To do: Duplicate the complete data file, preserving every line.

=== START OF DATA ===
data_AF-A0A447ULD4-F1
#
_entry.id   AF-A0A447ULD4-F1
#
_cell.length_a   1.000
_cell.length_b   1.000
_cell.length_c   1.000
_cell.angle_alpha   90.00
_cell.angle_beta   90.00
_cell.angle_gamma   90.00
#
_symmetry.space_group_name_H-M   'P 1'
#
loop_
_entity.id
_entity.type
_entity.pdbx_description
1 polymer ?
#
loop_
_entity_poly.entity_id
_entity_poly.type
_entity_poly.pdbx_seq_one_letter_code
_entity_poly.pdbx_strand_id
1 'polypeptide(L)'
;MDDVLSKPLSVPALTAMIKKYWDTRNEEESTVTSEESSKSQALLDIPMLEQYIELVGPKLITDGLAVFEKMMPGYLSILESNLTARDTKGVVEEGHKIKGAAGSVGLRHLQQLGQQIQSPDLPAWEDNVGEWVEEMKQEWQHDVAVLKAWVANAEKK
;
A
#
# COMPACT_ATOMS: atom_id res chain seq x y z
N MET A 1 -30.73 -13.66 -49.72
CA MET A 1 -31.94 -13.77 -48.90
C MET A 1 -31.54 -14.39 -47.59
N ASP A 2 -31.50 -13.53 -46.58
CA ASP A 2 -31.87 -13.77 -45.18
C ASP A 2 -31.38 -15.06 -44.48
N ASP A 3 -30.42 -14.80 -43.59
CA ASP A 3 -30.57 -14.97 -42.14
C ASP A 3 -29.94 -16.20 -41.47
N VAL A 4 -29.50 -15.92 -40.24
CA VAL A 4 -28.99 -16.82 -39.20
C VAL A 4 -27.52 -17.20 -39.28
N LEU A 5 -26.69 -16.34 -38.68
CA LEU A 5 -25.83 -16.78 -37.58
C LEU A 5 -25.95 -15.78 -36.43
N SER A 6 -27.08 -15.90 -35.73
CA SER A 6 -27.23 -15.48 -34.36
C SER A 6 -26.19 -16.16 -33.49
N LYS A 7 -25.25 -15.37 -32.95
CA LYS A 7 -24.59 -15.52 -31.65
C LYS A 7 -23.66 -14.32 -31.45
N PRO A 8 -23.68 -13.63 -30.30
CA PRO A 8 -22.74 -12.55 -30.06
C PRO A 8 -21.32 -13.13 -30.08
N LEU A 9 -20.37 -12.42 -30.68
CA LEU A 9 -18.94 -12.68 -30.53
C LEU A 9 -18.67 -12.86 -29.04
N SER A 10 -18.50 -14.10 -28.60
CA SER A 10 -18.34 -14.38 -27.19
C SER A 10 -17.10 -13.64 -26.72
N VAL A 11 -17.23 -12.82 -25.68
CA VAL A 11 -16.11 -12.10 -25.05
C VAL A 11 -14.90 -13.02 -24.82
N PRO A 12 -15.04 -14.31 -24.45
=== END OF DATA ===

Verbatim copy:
data_AF-A0A447ULD4-F1
#
_entry.id   AF-A0A447ULD4-F1
#
_cell.length_a   1.000
_cell.length_b   1.000
_cell.length_c   1.000
_cell.angle_alpha   90.00
_cell.angle_beta   90.00
_cell.angle_gamma   90.00
#
_symmetry.space_group_name_H-M   'P 1'
#
loop_
_entity.id
_entity.type
_entity.pdbx_description
1 polymer ?
#
loop_
_entity_poly.entity_id
_entity_poly.type
_entity_poly.pdbx_seq_one_letter_code
_entity_poly.pdbx_strand_id
1 'polypeptide(L)'
;MDDVLSKPLSVPALTAMIKKYWDTRNEEESTVTSEESSKSQALLDIPMLEQYIELVGPKLITDGLAVFEKMMPGYLSILESNLTARDTKGVVEEGHKIKGAAGSVGLRHLQQLGQQIQSPDLPAWEDNVGEWVEEMKQEWQHDVAVLKAWVANAEKK
;
A
#
# COMPACT_ATOMS: atom_id res chain seq x y z
N MET A 1 -30.73 -13.66 -49.72
CA MET A 1 -31.94 -13.77 -48.90
C MET A 1 -31.54 -14.39 -47.59
N ASP A 2 -31.50 -13.53 -46.58
CA ASP A 2 -31.87 -13.77 -45.18
C ASP A 2 -31.38 -15.06 -44.48
N ASP A 3 -30.42 -14.80 -43.59
CA ASP A 3 -30.57 -14.97 -42.14
C ASP A 3 -29.94 -16.20 -41.47
N VAL A 4 -29.50 -15.92 -40.24
CA VAL A 4 -28.99 -16.82 -39.20
C VAL A 4 -27.52 -17.20 -39.28
N LEU A 5 -26.69 -16.34 -38.68
CA LEU A 5 -25.83 -16.78 -37.58
C LEU A 5 -25.95 -15.78 -36.43
N SER A 6 -27.08 -15.90 -35.73
CA SER A 6 -27.23 -15.48 -34.36
C SER A 6 -26.19 -16.16 -33.49
N LYS A 7 -25.25 -15.37 -32.95
CA LYS A 7 -24.59 -15.52 -31.65
C LYS A 7 -23.66 -14.32 -31.45
N PRO A 8 -23.68 -13.63 -30.30
CA PRO A 8 -22.74 -12.55 -30.06
C PRO A 8 -21.32 -13.13 -30.08
N LEU A 9 -20.37 -12.42 -30.68
CA LEU A 9 -18.94 -12.68 -30.53
C LEU A 9 -18.67 -12.86 -29.04
N SER A 10 -18.50 -14.10 -28.60
CA SER A 10 -18.34 -14.38 -27.19
C SER A 10 -17.10 -13.64 -26.72
N VAL A 11 -17.23 -12.82 -25.68
CA VAL A 11 -16.11 -12.10 -25.05
C VAL A 11 -14.90 -13.02 -24.82
N PRO A 12 -15.04 -14.31 -24.45